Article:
There was a time when using Kodi on the Xbox One required a workaround; Installing it on a device like a Fire TV Stick and using the HDMI passthrough on the console. Thankfully, that's no longer necessary.
Kodi is now officially available on the Xbox One thanks to the developers rebuilding the app in UWP for Windows 10-based devices. It's still an early alpha of version 18, Leia, so while it's here and usable, there are things which are buggy and some that just don't work at all.
The first thing to do is to download it from the Store. If you have ever installed it on a Windows 10 PC from the Store, you'll find it in your ready to install section on your console. If not, either search for it in the Store on the Xbox One or hit the link below to install it from your PC.
What you can do
Much of the core functionality of Kodi is available to play around with. There are currently known issues related to the development of the UWP version, though. For example, right now you can't connect Kodi to a USB drive that's attached to the console.
You'll need to use a controller for navigation right now as well, it seems. I've tried using an Xbox One media remote and it doesn't behave at all. Hopefully, something else that'll be remedied when it comes to a final launch.
Most of the add-ons available through the official Kodi repository work, though, albeit with varying degrees of success. You can also set it up to accept a live TV signal from something like a HDHomeRun. I've encountered problems using the built-in NextPVR front-end, though, so I wasn't able to hook up my DVR, but using the HDHomeRun PVR add-on successfully delivers live TV (but doesn't allow access to HDHomeRun DVR).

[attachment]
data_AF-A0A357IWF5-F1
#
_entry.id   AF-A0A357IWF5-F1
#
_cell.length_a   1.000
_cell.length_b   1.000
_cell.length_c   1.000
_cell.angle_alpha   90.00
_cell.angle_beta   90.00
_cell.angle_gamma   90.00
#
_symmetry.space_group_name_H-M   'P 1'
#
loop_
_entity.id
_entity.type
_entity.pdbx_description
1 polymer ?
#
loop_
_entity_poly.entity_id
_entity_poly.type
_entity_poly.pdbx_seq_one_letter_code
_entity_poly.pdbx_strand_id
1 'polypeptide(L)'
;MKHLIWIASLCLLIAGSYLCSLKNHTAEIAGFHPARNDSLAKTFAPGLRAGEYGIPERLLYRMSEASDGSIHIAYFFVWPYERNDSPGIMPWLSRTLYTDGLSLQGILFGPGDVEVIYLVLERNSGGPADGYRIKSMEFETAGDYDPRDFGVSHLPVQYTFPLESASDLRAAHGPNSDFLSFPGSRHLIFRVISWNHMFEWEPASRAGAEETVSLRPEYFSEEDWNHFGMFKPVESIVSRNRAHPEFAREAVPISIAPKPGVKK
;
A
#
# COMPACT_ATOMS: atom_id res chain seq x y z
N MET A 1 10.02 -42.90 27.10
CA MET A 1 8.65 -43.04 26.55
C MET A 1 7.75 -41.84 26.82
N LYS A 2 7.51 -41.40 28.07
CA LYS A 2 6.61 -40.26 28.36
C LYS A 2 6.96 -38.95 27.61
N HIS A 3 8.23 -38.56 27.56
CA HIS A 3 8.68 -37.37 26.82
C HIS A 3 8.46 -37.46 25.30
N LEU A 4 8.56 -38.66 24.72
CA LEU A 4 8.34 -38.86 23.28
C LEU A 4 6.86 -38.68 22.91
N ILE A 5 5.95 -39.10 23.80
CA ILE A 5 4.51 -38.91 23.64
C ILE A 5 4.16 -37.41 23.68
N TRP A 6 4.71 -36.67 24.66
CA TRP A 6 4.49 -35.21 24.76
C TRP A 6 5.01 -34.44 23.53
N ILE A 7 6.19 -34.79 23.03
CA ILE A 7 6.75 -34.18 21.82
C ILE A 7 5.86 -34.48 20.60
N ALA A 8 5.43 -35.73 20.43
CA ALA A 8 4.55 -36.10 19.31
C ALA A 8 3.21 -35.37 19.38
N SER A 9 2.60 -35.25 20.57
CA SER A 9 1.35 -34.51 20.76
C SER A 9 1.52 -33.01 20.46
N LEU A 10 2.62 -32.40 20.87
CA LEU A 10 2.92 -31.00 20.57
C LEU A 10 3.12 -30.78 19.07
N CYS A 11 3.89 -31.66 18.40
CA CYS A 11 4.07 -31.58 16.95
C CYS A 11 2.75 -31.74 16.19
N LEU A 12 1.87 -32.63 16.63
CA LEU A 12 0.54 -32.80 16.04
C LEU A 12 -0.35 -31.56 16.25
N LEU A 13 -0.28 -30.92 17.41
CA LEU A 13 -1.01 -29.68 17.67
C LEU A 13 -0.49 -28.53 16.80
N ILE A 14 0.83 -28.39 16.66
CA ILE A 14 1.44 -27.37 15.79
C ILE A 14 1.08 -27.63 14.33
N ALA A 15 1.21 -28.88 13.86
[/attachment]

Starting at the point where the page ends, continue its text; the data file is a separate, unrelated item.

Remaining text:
The same can be said for audio add-ons, you'll generally have a good time installing and using them, but always remember this is a work-in-progress build of Kodi and it's likely to go wrong at some point.
Speaking of Kodi add-ons
When you first setup Kodi it will be completely empty. You have to add sources of media, and there are a bunch of legal add-ons available right out of the box in the official Kodi repository.
These include YouTube, Twitch, and OneDrive, as well as some services provided by cable TV networks, news channels, and the Smithsonian Museum. It's not limited to video, either, so you can also pull in music and photos to your Kodi setup.
Right now you can install and use a proper version of Kodi on your Xbox One. And that's tremendous. But it's also an incredibly early look at the finished article with much that doesn't work properly, or at all.
The best way to get involved is to jump in and play around with it, but equally, you won't want to rely on it as your main Kodi setup right now. The developers are working hard and the best place to check progress and feedback bugs is in the Kodi forums.
As Kodi becomes more refined on the Xbox One we'll be sure to update this guide with everything you can do to get the most from it.
Updated January 26, 2018: Guide rewritten now Kodi is available on Xbox One officially.
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